Thursday, March 24, 2016

Wrongful death suit filed against Carlsbad aircraft operator: Cessna 182F Skylane, N5738F, fatal accident occurred August 06, 2015 in Montecito, Santa Barbara County, California

SAN DIEGO - More than six years after David Martz lost his license for in-flight sex acts with a porn star, the local pilot died in a fatal crash that also killed a San Diego father.

Now the passenger's family is hoping a lawsuit will help provide some answers.

“I’m sorry for this event,” said Martz.

Those were the words of an apologetic Martz – known as “Helicopter Dave” back in 2009.

The local pilot told 10News he filmed sex acts with a porn star in a helicopter above San Diego.

The scandal cost him his pilot's license. A year later, he got it back.

Then last August, while flying a Cessna 182 bound for Carlsbad, he crashed in a remote area outside of Santa Barbara, killing himself and Greg Bacino, owner of healthcare company Mutual Alliance.

“It's been very devastating for them to lose their dad,” said lawyer David Casey.

Casey represents two of Bacino's three children.

He says the mayday call from the doomed plane warned of smoke in the cockpit and oil on the windshield, which could point to a mechanical issue, but Casey also calls the pilot's past a giant red flag.

“Given the history that he had, the previous revocations, we think that put the owner of the plane should have been on notice, that he (Martz) should not have been flying,” said Casey.

Casey says Martz's license had been revoked two other times before the infamous flight was made public, including once for landing on a road to pick up rocker Tommy Lee.

But Martz’s problems weren’t over. Casey says Martz was facing yet another revocation hearing before he died for reasons that haven't been released.          

Casey has filed suit against the pilot's estate, the plane’s owner and Pacific Coast Flyers, the flying club that rented the plane.

“For someone to trust him to fly that plane, it's questionable,” said Casey.

Casey says he filed the suit so he can start getting engine records, and find out why he was close to losing his license again.

The final NTSB report on the crash is due out in a few months.

Pacific Coast Flyers declined to comment on the lawsuit.

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NTSB Identification: WPR15FA236
14 CFR Part 91: General Aviation
Accident occurred Thursday, August 06, 2015 in Montecito, CA
Aircraft: CESSNA 182F, registration: N5738F
Injuries: 2 Fatal.

This is preliminary information, subject to change, and may contain errors. Any errors in this report will be corrected when the final report has been completed. NTSB investigators either traveled in support of this investigation or conducted a significant amount of investigative work without any travel, and used data obtained from various sources to prepare this aircraft accident report.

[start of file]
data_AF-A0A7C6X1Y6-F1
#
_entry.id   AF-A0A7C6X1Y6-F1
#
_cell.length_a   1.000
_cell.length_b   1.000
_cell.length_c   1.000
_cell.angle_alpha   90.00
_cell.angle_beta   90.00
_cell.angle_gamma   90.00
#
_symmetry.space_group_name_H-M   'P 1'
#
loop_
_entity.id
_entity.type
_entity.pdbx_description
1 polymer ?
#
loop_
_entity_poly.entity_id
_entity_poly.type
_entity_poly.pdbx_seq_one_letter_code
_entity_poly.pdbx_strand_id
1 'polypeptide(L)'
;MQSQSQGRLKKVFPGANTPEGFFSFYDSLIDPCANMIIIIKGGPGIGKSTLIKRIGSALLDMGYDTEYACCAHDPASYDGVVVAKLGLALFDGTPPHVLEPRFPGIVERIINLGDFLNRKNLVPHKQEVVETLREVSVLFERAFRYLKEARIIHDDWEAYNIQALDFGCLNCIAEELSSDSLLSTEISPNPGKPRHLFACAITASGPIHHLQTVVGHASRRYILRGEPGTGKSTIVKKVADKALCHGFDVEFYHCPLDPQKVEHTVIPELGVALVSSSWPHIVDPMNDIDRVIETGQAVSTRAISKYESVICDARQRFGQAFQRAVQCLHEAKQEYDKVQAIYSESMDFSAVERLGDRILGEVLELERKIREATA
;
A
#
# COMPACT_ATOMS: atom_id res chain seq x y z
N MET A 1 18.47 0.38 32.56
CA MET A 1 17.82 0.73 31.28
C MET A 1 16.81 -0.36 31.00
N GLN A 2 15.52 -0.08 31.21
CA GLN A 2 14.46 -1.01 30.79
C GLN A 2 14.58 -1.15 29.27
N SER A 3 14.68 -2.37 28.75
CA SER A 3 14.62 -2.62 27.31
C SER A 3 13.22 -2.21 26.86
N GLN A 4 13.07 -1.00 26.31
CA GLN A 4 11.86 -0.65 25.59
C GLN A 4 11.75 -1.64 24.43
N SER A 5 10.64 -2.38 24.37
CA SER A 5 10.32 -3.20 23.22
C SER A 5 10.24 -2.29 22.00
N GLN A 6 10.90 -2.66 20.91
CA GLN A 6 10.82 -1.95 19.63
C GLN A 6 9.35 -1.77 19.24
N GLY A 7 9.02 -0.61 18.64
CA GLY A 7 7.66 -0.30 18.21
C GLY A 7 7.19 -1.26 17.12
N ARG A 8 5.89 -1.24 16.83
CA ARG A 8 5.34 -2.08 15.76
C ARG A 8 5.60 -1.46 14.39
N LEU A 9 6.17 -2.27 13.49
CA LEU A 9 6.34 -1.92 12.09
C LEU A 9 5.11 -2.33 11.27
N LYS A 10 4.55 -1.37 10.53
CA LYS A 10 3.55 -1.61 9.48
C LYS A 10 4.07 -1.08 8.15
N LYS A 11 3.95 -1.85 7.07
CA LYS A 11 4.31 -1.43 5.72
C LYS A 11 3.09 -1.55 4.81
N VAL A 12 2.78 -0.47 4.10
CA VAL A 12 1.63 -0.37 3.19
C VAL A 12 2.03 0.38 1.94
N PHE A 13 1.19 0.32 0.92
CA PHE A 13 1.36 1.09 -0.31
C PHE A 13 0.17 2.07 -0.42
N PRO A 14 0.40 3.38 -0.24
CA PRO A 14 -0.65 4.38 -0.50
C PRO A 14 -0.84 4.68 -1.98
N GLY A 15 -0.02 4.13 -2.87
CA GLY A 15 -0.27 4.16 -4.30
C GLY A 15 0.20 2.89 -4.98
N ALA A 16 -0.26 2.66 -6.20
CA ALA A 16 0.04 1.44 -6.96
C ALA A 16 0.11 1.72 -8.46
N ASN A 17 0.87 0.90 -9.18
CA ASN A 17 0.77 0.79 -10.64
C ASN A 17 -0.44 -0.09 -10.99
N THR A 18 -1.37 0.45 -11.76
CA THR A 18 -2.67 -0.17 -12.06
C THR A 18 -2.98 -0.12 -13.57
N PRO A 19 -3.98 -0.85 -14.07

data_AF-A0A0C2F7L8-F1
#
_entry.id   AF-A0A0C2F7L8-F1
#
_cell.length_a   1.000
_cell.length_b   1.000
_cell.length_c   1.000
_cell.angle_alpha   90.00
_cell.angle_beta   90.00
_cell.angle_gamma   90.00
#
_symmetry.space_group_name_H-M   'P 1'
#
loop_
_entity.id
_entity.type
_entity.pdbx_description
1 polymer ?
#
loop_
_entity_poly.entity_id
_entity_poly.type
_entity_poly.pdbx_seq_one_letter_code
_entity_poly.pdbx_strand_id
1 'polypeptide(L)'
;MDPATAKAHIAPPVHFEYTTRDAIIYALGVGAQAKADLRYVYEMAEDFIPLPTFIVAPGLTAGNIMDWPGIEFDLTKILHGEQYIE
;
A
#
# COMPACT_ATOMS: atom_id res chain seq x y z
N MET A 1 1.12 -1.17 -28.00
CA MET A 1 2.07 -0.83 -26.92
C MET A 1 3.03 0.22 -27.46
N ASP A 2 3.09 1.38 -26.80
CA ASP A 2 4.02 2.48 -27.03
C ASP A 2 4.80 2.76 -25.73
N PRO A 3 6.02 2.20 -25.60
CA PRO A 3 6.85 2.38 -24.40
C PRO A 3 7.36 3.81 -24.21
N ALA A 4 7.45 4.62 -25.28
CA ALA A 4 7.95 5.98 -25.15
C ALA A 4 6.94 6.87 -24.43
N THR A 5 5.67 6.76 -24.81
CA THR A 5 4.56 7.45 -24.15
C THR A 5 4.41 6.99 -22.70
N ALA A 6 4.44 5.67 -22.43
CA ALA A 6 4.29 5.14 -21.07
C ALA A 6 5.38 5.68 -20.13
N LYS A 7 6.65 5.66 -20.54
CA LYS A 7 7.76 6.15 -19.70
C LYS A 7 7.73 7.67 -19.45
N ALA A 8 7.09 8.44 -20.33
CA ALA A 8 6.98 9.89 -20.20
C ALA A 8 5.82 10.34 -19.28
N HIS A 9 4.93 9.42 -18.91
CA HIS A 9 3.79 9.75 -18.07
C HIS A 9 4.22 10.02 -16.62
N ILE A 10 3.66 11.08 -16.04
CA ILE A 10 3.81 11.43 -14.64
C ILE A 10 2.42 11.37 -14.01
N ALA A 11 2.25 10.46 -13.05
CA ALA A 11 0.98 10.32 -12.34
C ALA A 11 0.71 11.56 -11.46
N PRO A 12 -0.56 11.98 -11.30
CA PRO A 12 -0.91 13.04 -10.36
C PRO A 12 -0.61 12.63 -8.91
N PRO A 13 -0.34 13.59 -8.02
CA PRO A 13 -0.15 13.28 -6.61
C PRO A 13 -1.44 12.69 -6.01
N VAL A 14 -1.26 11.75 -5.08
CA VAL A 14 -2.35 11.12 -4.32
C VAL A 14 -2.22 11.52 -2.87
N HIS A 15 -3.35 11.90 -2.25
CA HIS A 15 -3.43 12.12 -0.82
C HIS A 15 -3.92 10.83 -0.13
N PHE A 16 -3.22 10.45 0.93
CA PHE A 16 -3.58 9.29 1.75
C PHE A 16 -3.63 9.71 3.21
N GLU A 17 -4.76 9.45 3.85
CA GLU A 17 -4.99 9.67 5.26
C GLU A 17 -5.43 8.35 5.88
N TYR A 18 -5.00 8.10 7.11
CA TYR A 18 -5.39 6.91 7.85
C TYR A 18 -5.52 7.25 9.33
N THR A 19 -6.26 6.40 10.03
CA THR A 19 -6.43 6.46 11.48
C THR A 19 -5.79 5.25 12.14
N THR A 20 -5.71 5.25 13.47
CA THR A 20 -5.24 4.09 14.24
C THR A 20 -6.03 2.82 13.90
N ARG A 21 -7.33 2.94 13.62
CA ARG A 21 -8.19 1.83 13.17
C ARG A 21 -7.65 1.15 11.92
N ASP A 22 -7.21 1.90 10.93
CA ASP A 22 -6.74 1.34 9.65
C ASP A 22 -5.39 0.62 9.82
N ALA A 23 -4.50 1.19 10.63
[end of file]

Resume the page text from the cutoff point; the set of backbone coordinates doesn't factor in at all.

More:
On August 6, 2015, about 2210 Pacific daylight time, a Cessna 182F, N5738F, impacted mountainous terrain about 15 miles northeast of Montecito, California. The pilot operated the rental airplane from Pacific Coast Flyers, under the provisions of 14 Code of Federal Regulations Part 91, as a business cross-country flight. The pilot and one passenger were fatally injured, and the airplane sustained substantial damage. The flight had departed from the San Luis County Regional Airport (SBP), San Luis Obispo, California, at an undetermined time. The flight was destined for Mc Clellan-Palomar Airport (CRQ), Carlsbad, California. Night visual meteorological conditions prevailed for the cross-country flight, and no flight plan had been filed. 

The pilot radioed a mayday call to an air traffic controller at Point Magu Naval Air Station, and indicated that he had oil on his windscreen and smoke in the cockpit. Subsequently radio and radar contact was lost. An Alert Notification (ALNOT) was issued at 2212. The airplane was located the following morning at 0430 in mountainous terrain by the Ventura County Sheriff's Department.

Santa Barbara County Sheriff's Department and a Search and Rescue crew accessed the site, and reported that the airplane came to rest inverted about 300 feet from the top of the ridgeline. 

The National Transportation Safety Board, Federal Aviation Administration, and Cessna Aircraft responded to the site. The airplane had impacted the mountain about 50 feet above its final resting spot. Oil was observed from the nose of the airplane to the tail cone.

A further inspection of the airplane will take place following its recovery.
FAA Flight Standards District Office: FAA Van Nuys FSDO-01

David Keith Martz

A wrongful death lawsuit was filed Thursday against a Carlsbad-based aircraft owner and its pilot in the death of San Diego resident Birger Greg Bacino last August in a plane crash near Montecito.